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Katy Burns: When cars were cars

  • A 1977 Corvette Stingray. Wikimedia Commons

  • The 1971 American Motors Gremlin is diplayed on the eve of the Paris Auto Show, on Sept. 30, 1970. AP

  • A 1903 Model A Ford. Wikimedia Commons

  • The assembly line at the Ford Motor Company plant is seen as Mustangs are built in Dearborn, Mich., on Nov. 7, 1966. AP

  • A General Motors handout photo shows the 1941 Oldsmobile 4-door sedan. AP

  • A two-door hatchback model of the Ford Pinto is shown in this 1976 photo. AP



Monitor columnist
Sunday, May 06, 2018

In 1903, Henry Ford produced his first car – a Model A, a predecessor of the fabled Model T (and not to be confused with another Model A he began producing in the 1920s) – in a rented factory in Detroit and sold it to Ernest Pfenning, a Chicago dentist, thus kicking off the great American love affair with the passenger car, or sedan, and earning Dr. Pfenning a tiny footnote in American automotive history.

And those early cars proved to be useful and long-lived. Both Model A and Model T Fords, stripped of everything but engines, seats, wheels (sometimes replaced by runners) and steering columns, lived well into the 1970s as ice cars, ferrying folks to their fishing holes off at least one Lake Erie island. I suspect denizens of New Hampshire lake towns used them as well.

And now the love affair, at least with Ford, is ending. The Ford Motor Company announced last week that it is largely getting out of the passenger car business to concentrate on trucks and SUVs.

By 2020 Ford intends to sell just two car models in North America, and neither will be a real sedan as untold millions of American families have known – and loved – sedans. One will be the Mustang, which has become famous as a high-performance pony car, as they came to be called, and the other something called a Focus Active, described as more a crossover vehicle than a real sedan.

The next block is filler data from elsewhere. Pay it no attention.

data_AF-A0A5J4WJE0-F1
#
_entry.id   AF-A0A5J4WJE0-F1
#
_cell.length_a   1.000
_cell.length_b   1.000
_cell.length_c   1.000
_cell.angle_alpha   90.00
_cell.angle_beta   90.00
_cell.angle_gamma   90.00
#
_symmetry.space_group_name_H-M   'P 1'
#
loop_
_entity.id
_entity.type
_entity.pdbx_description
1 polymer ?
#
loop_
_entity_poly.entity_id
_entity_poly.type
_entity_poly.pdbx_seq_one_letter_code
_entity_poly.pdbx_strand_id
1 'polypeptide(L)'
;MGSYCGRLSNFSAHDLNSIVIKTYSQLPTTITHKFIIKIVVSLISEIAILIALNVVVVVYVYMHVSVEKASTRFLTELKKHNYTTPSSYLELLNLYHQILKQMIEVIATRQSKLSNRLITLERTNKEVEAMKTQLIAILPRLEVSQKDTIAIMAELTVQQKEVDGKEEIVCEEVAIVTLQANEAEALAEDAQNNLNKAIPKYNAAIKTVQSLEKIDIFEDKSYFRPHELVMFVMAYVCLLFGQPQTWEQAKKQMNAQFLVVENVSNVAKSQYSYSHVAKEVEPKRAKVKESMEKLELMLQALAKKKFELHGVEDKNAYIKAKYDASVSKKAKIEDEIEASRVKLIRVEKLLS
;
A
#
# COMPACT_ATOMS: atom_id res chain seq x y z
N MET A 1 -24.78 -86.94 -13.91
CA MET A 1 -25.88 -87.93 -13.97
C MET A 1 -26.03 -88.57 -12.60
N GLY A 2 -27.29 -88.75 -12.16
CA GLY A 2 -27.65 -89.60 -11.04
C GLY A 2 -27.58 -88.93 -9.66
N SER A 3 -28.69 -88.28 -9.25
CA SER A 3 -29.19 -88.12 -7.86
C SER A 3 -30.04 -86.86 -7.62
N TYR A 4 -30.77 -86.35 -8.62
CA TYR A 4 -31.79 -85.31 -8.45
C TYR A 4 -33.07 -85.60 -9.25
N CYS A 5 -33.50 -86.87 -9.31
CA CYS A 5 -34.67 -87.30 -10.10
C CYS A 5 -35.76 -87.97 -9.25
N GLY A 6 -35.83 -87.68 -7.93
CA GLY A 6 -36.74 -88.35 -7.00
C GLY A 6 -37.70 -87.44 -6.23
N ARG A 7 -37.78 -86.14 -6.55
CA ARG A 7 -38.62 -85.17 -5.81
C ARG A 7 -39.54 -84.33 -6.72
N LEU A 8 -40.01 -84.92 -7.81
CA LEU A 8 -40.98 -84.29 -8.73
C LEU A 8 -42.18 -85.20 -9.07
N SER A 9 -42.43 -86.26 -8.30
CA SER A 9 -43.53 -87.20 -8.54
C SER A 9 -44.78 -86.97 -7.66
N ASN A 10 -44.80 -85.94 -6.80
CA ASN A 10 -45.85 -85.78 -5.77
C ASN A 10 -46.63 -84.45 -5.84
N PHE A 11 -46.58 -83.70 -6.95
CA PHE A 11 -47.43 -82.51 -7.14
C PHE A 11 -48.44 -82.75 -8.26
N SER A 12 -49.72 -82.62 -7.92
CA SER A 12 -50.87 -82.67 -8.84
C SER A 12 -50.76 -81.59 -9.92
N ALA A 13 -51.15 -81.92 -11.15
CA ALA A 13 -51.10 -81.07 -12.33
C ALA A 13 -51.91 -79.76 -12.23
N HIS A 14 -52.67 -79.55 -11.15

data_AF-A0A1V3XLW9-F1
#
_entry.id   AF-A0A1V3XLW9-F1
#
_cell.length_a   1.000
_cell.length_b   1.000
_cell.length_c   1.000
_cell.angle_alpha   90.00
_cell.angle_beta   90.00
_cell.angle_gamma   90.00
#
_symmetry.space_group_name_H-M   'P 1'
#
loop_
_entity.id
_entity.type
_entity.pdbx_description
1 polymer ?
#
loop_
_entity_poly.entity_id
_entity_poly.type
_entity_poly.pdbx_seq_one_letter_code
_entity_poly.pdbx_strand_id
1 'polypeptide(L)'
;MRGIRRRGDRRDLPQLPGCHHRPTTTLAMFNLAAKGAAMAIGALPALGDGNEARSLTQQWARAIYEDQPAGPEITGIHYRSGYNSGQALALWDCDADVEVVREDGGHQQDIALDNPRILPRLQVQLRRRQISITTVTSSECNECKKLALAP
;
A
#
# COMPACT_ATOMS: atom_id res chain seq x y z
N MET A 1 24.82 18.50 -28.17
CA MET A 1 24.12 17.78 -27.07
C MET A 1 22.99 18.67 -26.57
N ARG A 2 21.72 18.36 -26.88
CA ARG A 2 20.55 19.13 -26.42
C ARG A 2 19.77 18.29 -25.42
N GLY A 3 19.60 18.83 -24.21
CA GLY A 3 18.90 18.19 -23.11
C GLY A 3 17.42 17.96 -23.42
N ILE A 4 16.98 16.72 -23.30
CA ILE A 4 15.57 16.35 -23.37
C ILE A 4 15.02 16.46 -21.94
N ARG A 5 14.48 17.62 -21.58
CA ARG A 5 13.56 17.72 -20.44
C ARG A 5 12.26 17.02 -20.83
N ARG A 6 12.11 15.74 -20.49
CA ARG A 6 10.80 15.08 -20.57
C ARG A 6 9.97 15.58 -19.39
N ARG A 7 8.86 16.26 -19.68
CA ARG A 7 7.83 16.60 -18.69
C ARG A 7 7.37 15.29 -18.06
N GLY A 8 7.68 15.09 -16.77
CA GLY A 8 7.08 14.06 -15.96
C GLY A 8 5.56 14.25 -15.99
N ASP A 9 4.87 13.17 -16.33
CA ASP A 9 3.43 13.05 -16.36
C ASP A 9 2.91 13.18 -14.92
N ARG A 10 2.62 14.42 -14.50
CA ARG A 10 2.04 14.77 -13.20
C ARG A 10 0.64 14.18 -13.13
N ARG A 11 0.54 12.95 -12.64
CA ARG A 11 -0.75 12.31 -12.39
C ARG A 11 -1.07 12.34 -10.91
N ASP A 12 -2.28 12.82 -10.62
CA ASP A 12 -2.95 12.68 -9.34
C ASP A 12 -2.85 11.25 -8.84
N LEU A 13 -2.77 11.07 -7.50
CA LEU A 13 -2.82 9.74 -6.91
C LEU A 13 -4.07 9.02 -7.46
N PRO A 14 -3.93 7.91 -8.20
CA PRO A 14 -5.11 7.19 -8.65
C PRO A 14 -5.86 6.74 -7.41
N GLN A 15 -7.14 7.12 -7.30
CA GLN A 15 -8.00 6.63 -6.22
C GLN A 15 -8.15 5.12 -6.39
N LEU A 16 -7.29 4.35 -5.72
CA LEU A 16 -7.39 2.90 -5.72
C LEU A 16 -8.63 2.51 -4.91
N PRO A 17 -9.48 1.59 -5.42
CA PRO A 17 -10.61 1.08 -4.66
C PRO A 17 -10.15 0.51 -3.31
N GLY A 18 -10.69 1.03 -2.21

In the auto graveyard, never to be redeemed, are such names as Mercury and such models as the Capri, the Galaxie, Escort and Taurus, not to mention the lamented Thunderbird and the decidedly unlamented Edsel as well as everyone’s favorite police car, the Crown Victoria.

Will this prove to be a great idea – or a terrible one? Who knows.

But it has, among some older Americans (younger folk are hereby warned) – kicked off a parade of motorized memories of a time when owning a family-sized passenger sedan – and sometimes the brand sedan that was owned – just about defined some American families.

In fact, my own family would at one time have taken the demise of Ford sedans hard. Ours was a Ford family, buying a steady stream of Fords (including two station wagons, one a spiffy woodie (Google it, kiddos) and another a sleek turquoise number my lead-footed mother used to charge around our small town.

Why Ford? I dunno. That became the family chariot after the demise of Hudsons (Google again if you care!), which my father and mother, my aunt and uncle and my grandparents proudly piloted around town. My sister kept the faith. Her first car was a 1970½ Falcon. Yes, 1970½.

A lot of my confreres came from Chevy families. Again, not sure why, or why no Chrysler devotees. The passionate brand devotion likely had something to do with the fact that from northeastern Ohio to Detroit, auto manufacturing was king. But we didn’t have a lock on brand loyalty. My husband’s peripatetic family, which lived everywhere but the industrial Midwest, he remembers as faithful to Oldsmobiles.